Photo by Brian Bentley @ 2009 WSOP Main Event

Friday, April 22, 2011

Vol 1: Reads and Concentration at the Table

One of the most challenging components of live tournament poker is harnessing the ability to focus one’s concentration for long periods of time amid a myriad of distractions. No Limit Hold Em is particularly brutal since it punishes players so severely for mistakes. The bigger your stack, the more you can get away with a bad decision from time to time. But, if you are a tight player who is perpetually short stacked, once those blinds go up, even one big mistake is usually fatal to your tournament life. Always be clear in your head what the potential consequences are of each choice in front of you.

Mediocre players have a tendency to call down in critical situations with less than stellar hands. But what do you do if you’re a decent player who finds his ability to read other players evaporate after three or four hours of live play? It’s not about knowledge. You know what you are supposed to do; you just sort of zone at the wrong moment and completely misread the situation.

Here’s an example. You’re at a home game and into hour 3 and the blinds are at $400 and $800. The bubble to make the final table is approaching and you’re one of the shorter stacks at the table. You have been waiting and waiting for the right spot. You’ve shoved a couple of times into limped pots and stolen a few blinds, but you need a big payoff on a hand to survive.

Sitting across the table from you is a semi-talented card rack, a deep-stacked calling station who cannot be moved off a hand by seemingly any bet you make, and you’re not getting particularly great cards. Despite the fact that this player has not shown a bluff, somehow at the wrong moment, you become convinced they are bluffing. Tired of being bet off hands and generally annoyed, you lose patience and call down with something like top pair/kicker and discover they have slowplayed aces. See ya.

In last night's home game, I had been forever hovering around $10k in chips, while the average stack was close to $20k. My patience was waning with my lousy holdings. (Ever reach that place where you’re Peter Finch in Network? “I’m mad as hell and not taking it anymore..”) With the blinds at $400 and $800 and about to go up, I look down at A-9 suited, my best hand in the last twenty minutes. It’s folded to me in middle position. I could just shove here and try to grab a quick $2k, but if I hit my nut flush and can get some followers, I’m golden. I do believe the safest play here is to shove. But instead, I raise to $1600 and tonight’s designated card rack calls from the BB in a heartbeat.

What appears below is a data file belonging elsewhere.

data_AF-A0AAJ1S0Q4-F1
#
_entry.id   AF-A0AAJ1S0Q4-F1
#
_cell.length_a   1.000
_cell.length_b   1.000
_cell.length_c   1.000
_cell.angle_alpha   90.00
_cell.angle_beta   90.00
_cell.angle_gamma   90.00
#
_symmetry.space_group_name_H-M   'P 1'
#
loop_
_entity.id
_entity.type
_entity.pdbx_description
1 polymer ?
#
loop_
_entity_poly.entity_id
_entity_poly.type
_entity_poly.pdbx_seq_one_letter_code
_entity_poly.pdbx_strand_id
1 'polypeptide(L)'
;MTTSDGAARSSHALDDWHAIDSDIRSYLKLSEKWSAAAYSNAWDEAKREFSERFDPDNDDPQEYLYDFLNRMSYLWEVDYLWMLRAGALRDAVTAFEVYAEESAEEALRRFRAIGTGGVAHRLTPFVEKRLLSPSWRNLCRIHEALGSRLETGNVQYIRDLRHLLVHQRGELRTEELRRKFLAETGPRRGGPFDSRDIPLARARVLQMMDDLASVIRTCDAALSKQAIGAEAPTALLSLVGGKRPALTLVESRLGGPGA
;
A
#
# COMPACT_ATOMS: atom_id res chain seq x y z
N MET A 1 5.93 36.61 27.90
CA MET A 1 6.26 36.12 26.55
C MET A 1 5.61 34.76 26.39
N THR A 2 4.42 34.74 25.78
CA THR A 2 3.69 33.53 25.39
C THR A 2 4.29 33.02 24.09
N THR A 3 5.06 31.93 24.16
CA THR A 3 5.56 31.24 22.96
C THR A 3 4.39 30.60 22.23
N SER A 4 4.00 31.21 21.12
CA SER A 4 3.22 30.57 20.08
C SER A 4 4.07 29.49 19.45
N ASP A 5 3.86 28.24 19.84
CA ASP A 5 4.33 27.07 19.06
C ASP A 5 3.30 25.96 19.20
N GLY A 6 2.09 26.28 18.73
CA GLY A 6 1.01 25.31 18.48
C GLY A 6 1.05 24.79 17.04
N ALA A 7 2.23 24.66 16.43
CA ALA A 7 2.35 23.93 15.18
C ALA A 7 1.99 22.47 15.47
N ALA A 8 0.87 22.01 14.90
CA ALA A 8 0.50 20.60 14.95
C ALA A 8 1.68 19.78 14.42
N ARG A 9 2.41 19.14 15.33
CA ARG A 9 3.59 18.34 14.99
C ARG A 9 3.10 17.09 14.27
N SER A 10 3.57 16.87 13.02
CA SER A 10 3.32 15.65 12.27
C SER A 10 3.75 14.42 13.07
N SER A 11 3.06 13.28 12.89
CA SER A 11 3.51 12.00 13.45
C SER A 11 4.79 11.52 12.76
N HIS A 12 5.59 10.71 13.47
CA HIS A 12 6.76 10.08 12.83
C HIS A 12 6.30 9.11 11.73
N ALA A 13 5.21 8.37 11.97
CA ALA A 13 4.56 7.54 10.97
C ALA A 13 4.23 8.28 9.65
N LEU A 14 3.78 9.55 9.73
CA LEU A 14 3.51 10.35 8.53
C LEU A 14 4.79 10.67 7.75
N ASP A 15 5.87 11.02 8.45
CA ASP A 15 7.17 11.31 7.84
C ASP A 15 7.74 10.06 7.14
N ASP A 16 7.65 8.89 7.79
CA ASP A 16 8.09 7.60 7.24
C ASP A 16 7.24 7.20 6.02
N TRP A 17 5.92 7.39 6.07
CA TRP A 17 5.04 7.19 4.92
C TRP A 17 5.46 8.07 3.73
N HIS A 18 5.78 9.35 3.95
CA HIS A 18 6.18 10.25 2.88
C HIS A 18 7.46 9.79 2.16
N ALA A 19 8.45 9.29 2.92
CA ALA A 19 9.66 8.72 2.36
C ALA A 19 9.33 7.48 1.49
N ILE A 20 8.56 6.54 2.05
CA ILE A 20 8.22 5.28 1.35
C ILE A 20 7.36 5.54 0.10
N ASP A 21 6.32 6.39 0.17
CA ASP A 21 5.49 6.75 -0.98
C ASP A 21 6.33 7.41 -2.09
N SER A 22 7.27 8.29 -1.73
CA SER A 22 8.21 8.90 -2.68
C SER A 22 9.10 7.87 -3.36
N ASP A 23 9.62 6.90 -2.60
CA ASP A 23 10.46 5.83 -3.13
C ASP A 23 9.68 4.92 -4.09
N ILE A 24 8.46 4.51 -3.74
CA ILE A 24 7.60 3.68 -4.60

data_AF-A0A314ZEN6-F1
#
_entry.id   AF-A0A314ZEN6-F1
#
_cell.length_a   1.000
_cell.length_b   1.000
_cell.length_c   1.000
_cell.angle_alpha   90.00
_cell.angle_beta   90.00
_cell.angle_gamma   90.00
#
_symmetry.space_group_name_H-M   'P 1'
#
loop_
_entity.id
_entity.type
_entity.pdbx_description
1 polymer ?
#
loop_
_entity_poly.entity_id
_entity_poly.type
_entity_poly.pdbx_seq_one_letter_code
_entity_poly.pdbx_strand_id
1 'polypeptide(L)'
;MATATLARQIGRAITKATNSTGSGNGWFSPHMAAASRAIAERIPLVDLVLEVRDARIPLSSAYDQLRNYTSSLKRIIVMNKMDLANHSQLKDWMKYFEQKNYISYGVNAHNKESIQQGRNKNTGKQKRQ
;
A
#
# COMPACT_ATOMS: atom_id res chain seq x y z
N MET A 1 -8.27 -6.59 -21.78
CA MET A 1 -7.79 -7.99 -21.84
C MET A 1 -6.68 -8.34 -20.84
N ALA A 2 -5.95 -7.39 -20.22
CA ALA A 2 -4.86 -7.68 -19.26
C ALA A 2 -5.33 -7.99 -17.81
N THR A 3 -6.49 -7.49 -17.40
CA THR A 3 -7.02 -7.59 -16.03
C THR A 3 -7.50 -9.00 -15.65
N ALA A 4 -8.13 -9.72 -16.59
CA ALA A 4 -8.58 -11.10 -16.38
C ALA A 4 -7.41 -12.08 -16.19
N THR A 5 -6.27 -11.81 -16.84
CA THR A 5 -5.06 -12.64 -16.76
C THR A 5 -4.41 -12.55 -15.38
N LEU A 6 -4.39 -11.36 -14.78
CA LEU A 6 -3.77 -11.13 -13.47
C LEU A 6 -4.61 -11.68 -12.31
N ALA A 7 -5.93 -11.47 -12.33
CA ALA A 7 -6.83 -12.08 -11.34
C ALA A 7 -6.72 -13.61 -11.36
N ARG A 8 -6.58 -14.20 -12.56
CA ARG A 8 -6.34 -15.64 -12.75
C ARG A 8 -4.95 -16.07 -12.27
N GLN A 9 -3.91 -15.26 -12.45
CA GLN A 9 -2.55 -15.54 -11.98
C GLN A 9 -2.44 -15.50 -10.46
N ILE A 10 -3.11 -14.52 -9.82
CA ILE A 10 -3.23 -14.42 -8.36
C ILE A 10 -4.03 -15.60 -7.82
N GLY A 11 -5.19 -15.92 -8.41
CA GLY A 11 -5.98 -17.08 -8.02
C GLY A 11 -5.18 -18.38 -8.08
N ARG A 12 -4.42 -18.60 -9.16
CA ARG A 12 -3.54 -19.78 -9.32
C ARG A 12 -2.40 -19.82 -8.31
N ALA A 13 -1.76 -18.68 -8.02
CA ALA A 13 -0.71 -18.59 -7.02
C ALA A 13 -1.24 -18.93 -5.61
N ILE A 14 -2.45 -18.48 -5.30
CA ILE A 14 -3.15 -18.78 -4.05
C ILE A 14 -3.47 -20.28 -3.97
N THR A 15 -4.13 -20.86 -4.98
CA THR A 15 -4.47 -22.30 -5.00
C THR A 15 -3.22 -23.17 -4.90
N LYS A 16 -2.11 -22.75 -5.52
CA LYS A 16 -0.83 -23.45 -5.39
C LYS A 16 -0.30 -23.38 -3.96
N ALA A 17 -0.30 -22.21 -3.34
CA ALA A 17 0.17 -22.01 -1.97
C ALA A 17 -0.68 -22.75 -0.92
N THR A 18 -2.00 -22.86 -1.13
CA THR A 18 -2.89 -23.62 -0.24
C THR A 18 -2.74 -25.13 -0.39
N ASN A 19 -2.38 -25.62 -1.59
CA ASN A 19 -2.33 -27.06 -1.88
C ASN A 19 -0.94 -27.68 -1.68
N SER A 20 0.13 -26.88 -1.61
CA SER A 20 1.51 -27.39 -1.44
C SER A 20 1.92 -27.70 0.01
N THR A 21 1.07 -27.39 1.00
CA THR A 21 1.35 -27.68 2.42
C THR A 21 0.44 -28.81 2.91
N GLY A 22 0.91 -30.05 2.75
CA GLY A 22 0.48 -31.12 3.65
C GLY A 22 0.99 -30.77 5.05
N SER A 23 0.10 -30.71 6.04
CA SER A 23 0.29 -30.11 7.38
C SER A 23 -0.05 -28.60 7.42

The flop comes down A-K-X with three clubs and two players in the pot. The card rack in the BB checks to me. I’ve got top pair and no reason to believe she has a hand. I have about $10k behind. But this is the kind of scary flop that should cause any player to take a deep breath and think for at least 30 seconds before acting. What is your stack size? Where are you going with your actions after she checks the flop? What hand are you representing and what hand are you putting her on?

With me at only $10k behind and her stack at $30k, can I really bet her off a flush draw, especially considering her inclination to call anything? I believe the safest play is to check back, for no other reason than this is the exact kind of hand that the card rack lives for, and the kind of flop that kills my aces (and my tourney) if she has flopped a flush, or has a nut flush draw that she’s not going to abandon – and she will hit it. A weird set, two pair, or A-K through A-10 also has me reeling.

Instead, I become convinced that she is only on a flush draw, and so I toss out roughly a pot size bet of $3k to see where I’m at and discourage her chasing, not realizing that I’m at the final table bubble, and now I’ve put 40% of my stack in play against someone who doesn’t seem to ever fold a hand. She promptly shoves all-in. This is where the part comes in about losing the ability to focus and the mind just shorts out. Convinced I'm pot committed (a more irritating concept for calling with a weak hand has never existed) and that she has some kind of ace-rag, or maybe second pair or a flush draw, I steam call and make the worst play possible, and the card rack has indeed flopped her flush.

Every player who battles hard and blows a play like that has this moment of denial at busting out. “Can I please just take that hand over? Can we please just run it twice?” The whole night comes down to a bubble bust after some earlier bad beats and fairly spectacular play to get back to square one.

So how do you prevent horrible misreads like that and avoid calling down light as your patience wears thin after a night of too much folding? I think it comes down to basic tournament survival and staying awake. Keep a can of Monster drink by the table and refer to it. Unless you have a lock read that it’s a bluff, calling an all-in with just a pair is a play that cannot come close to a 50% positive expectation. Even against a bad player.

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